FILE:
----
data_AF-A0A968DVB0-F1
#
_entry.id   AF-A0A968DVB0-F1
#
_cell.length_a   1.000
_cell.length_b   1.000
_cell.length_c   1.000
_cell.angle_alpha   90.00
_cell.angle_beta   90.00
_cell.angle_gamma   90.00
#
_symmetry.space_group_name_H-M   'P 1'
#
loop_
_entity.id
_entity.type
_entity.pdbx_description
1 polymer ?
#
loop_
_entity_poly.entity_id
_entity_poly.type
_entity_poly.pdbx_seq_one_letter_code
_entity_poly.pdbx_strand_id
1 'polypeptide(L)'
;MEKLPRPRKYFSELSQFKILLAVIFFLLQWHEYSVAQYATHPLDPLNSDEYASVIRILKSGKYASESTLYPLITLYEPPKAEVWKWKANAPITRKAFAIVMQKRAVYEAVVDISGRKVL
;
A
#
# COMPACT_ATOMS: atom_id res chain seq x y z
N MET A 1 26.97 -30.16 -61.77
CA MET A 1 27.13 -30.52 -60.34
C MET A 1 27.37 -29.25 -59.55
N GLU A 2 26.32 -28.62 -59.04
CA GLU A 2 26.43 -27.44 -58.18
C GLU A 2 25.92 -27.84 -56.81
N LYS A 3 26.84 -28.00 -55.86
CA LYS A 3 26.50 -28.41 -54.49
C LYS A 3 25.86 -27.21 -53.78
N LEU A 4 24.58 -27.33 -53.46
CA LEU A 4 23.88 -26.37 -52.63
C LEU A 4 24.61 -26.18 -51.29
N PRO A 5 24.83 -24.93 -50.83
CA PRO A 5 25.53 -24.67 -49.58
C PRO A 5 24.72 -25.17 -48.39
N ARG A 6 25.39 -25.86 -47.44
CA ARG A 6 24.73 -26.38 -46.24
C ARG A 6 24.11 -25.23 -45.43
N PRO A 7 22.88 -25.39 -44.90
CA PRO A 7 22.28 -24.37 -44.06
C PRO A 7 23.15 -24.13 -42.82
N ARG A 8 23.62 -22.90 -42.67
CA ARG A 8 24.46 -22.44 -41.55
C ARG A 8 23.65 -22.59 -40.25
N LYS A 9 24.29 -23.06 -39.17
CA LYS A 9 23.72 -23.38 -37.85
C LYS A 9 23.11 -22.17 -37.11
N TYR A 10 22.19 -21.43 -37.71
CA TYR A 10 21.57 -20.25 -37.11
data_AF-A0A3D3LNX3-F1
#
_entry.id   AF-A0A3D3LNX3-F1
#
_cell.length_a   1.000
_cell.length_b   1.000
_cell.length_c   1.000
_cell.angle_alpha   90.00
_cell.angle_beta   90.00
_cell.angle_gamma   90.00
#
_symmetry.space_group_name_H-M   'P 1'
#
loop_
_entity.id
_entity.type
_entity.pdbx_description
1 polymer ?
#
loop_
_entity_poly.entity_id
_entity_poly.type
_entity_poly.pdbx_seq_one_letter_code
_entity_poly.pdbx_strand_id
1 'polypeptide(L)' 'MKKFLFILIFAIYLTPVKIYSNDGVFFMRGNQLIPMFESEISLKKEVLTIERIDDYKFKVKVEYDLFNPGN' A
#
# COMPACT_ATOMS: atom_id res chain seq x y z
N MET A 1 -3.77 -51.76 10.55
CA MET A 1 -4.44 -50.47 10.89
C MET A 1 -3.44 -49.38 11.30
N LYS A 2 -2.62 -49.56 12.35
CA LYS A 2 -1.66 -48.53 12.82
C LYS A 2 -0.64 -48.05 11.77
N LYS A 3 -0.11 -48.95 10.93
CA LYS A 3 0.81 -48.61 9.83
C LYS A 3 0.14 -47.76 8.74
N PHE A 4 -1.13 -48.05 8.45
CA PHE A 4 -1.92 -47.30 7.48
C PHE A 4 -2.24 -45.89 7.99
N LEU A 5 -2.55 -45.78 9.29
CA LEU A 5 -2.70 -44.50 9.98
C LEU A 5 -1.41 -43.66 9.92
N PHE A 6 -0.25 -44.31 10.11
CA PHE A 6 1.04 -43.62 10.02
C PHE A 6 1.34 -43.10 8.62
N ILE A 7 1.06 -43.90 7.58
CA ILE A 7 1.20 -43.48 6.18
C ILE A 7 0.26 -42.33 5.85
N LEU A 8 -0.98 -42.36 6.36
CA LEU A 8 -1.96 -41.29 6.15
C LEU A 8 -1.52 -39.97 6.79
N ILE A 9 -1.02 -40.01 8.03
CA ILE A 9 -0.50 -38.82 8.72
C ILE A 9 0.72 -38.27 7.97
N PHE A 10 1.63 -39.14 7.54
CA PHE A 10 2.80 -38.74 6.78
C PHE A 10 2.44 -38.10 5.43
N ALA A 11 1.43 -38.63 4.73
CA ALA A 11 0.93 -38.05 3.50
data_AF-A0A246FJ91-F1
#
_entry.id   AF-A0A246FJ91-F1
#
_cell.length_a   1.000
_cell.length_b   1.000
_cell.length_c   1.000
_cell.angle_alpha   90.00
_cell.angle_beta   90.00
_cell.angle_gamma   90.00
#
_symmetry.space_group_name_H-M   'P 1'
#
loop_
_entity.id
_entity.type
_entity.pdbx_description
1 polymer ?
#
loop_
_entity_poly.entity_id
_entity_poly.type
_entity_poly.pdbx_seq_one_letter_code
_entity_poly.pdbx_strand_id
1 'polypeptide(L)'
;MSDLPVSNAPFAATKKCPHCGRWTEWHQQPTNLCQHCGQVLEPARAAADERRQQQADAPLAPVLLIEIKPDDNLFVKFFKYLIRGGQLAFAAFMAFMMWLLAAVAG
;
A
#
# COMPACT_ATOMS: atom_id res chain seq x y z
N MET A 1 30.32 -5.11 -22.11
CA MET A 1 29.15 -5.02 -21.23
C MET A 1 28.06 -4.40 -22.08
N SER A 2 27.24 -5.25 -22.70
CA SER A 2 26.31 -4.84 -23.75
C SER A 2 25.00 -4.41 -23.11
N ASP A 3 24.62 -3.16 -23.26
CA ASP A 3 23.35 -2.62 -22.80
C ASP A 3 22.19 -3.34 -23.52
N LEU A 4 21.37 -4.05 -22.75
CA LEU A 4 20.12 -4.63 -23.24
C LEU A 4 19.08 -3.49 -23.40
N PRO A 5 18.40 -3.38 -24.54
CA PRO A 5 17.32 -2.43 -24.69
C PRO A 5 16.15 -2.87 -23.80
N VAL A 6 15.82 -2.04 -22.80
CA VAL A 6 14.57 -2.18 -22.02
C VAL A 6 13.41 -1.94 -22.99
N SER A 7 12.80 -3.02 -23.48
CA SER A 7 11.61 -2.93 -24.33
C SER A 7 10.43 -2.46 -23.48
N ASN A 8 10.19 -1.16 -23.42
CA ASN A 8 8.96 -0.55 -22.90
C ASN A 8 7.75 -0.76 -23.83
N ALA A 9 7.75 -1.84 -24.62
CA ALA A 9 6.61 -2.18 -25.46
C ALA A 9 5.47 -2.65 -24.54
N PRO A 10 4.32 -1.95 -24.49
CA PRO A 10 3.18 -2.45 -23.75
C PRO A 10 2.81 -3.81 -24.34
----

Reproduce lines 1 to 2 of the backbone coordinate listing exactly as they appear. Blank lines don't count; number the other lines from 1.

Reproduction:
data_AF-A0A968DVB0-F1
#